The 2008 World Series MVP was suspended for intentionally throwing at the Washington rookie in the Philadelphia Phillies' 9-3 win over the Nationals on Sunday night.
Major League Baseball announced the penalty Monday. Hamels also was fined.
Hamels wasn't available to reporters before the Phillies opened a three-game series against the New York Mets. But he already admitted that he deliberately threw at Harper.
"I was trying to hit him," the two-time All-Star lefty said Sunday night. "I'm not going to deny it. I'm not trying to injure the guy. They're probably not going to like me for it, but I'm not going to say I wasn't trying to do it. I think they understood the message, and they threw it right back. That's the way, and I respect it."
Hamels began serving his suspension Monday night. With Cliff Lee expected to come off the disabled list and start Wednesday, coupled with Thursday's day off, Hamels really won't miss a turn in the rotation.
Phillies general manager Ruben Amaro Jr. was disappointed the incident occurred.
"Obviously that's not what we're about," Amaro said. "We're not about trying to injure people. Things that happen in the game happen in the game. Those are parts of the game. But as far as how the Phillies want to conduct themselves, we try to take the high road on things. By no means are we condoning this. We fully support what the commissioner's office has decided to do."
Hamels plunked Harper in the small of the back with a fastball in the first inning. He said the purpose pitch was his old-school way of welcoming the 19-year-old Nationals phenom to the big leagues.
"That's something I grew up watching, that's kind of what happened. So I'm just trying to continue the old baseball because I think some people are kind of getting away from it," Hamels said. "I remember when I was a rookie the strike zone was really, really small and you didn't say anything because that's the way baseball is.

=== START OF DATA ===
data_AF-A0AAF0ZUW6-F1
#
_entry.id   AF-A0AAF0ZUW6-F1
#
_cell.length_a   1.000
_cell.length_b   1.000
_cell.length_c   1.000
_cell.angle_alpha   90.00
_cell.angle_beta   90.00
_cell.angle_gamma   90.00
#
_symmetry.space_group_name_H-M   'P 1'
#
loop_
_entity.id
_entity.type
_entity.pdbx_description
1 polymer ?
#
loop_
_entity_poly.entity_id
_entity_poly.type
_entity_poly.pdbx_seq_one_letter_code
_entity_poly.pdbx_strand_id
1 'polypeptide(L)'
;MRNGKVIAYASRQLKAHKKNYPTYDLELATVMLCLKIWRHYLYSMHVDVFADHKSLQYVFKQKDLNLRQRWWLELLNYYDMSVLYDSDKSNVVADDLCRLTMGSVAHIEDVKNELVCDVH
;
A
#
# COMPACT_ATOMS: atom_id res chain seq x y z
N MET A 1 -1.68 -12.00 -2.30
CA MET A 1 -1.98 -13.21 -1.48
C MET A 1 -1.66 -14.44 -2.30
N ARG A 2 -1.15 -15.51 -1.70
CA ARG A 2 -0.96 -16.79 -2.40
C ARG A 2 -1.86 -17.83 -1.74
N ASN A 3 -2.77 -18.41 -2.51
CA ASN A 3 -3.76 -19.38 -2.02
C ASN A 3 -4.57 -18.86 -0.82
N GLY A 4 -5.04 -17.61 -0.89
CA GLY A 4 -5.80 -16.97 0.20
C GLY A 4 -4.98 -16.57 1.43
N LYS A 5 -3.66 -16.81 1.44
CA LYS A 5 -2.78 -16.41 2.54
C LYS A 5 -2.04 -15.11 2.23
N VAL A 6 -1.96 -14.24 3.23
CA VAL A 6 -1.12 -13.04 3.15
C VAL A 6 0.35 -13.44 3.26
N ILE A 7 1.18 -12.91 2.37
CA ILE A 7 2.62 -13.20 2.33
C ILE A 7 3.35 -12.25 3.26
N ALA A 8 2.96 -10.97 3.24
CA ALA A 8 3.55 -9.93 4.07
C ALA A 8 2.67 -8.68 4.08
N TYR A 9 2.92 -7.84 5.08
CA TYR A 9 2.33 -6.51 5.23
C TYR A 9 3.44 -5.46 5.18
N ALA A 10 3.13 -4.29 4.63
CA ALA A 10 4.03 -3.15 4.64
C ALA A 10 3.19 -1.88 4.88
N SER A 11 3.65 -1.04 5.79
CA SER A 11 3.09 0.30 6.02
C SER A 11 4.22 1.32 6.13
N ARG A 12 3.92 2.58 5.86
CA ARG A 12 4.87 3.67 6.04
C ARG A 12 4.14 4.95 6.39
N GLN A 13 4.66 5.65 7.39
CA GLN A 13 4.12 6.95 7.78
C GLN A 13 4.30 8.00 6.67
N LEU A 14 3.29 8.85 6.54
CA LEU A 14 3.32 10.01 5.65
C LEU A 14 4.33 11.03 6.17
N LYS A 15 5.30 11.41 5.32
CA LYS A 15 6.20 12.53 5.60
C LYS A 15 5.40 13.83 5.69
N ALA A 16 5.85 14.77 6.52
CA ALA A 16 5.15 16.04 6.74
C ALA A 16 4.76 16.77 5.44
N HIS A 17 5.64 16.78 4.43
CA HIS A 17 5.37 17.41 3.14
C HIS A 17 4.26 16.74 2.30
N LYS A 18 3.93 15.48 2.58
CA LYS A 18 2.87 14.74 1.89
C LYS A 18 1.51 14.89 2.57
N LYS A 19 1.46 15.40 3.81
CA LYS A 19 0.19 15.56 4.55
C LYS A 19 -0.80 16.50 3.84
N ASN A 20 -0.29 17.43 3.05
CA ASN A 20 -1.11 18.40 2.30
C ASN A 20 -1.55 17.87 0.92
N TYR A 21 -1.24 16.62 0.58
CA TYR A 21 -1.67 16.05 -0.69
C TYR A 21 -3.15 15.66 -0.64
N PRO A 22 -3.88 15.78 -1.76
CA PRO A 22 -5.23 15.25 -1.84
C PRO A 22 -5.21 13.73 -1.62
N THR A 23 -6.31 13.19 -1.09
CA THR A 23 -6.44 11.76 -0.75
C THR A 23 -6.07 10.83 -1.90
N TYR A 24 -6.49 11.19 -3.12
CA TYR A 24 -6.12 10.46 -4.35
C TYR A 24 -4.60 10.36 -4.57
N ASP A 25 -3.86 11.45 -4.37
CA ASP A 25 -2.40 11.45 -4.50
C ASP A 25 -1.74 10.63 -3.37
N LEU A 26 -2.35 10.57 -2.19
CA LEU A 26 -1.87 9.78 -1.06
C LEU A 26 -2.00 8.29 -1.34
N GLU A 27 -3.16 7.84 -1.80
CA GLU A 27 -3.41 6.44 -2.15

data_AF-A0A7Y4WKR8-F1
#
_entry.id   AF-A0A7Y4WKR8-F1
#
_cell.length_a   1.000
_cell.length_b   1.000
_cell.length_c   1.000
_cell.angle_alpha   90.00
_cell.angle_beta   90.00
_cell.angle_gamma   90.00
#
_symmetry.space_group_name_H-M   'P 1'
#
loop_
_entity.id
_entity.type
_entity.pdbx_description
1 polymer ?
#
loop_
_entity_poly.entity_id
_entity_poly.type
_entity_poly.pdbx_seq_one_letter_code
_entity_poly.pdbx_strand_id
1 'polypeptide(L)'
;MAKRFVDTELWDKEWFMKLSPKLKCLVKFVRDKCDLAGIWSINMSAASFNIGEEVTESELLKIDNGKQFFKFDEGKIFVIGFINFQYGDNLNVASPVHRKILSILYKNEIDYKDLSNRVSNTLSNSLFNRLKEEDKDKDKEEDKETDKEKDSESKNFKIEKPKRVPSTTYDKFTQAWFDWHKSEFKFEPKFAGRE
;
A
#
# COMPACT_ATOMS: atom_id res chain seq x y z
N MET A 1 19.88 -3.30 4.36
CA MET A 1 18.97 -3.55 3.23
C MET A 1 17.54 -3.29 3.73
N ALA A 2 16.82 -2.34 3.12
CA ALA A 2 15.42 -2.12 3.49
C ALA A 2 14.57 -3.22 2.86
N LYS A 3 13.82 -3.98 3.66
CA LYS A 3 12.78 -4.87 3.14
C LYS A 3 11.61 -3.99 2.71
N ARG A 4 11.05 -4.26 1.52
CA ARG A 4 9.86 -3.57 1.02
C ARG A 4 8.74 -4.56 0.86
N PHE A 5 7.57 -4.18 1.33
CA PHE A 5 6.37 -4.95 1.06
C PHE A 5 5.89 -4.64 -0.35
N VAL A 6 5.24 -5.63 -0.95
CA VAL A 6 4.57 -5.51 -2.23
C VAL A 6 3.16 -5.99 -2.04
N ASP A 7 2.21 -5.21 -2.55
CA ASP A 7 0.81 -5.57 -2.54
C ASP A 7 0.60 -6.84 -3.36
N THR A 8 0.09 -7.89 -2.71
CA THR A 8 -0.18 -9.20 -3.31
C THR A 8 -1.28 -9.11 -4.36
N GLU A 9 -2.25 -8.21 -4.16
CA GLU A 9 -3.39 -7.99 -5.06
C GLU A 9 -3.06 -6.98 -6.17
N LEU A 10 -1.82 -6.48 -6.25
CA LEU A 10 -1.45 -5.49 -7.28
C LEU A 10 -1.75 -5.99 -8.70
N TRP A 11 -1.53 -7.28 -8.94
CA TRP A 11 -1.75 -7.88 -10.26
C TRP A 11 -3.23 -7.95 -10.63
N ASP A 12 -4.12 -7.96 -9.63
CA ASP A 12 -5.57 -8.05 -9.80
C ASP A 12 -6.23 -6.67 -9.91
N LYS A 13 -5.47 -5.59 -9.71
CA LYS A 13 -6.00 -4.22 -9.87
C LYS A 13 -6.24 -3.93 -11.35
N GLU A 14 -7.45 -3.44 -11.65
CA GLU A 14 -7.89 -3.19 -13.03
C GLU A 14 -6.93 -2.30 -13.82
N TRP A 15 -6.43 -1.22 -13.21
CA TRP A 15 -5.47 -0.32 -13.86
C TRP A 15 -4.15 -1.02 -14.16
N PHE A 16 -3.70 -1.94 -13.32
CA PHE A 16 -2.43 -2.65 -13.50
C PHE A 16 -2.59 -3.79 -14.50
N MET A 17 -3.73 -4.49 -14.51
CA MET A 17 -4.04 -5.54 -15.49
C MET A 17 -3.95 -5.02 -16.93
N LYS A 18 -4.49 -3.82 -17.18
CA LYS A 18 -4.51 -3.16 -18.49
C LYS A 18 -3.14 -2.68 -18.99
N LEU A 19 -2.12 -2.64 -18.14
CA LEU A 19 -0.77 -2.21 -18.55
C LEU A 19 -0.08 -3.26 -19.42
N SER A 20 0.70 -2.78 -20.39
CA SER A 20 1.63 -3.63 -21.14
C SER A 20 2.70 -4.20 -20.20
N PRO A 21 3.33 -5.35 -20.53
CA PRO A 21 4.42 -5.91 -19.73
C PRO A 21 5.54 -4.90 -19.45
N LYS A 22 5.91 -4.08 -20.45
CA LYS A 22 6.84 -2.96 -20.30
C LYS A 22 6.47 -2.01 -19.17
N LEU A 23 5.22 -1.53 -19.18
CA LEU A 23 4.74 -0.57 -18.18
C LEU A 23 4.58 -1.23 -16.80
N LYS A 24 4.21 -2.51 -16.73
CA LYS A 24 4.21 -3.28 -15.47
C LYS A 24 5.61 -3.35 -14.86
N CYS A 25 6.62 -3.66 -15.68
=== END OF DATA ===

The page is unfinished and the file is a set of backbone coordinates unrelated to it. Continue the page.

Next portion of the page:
"But I think unfortunately the league's protecting certain players and making it not that old-school, prestigious way of baseball," Hamels added.
Harper got the last word, though. When Hamels made a pickoff to first, Harper stole home for the first swipe of his eight-game big league career.
In the third inning, Nationals starter Jordan Zimmermann hit Hamels in the left leg with one out and a runner on first when the Phillies pitcher squared to bunt. Home plate umpire Andy Fletcher warned both dugouts.
Nationals general manager Mike Rizzo told The Washington Post that Hamels hitting Harper with a pitch was "classless" and "gutless."
According to the newspaper's website, Rizzo also said: "Cole Hamels says he's old school? He's the polar opposite of old school. He's fake tough. He thinks he's going to intimidate us after hitting our 19-year-old rookie who's eight games into the big leagues? He doesn't know who he's dealing with."
Phillies manager Charlie Manuel said he wished Hamels wouldn't have been so forthcoming with his comments.
"He could have been a little more discreet or less honest," Manuel said. "The way I look at it, baseball is going to take care of it between the two teams on the field. To me, that's the issue. When they hit Cole, it set it even. At the same time, the best way to handle the Nationals is to beat them on the field."
As for Rizzo's reaction, Manuel brushed it off.
"I think that if we beat them on the field, that will take care of our business and that takes care of it," Manuel said. "When they hit Hamels, that takes care of it and we're back on even ground. There was no warning or nothing. They had a chance to get even. That even made it a wash. What Rizzo says is no concerns to me."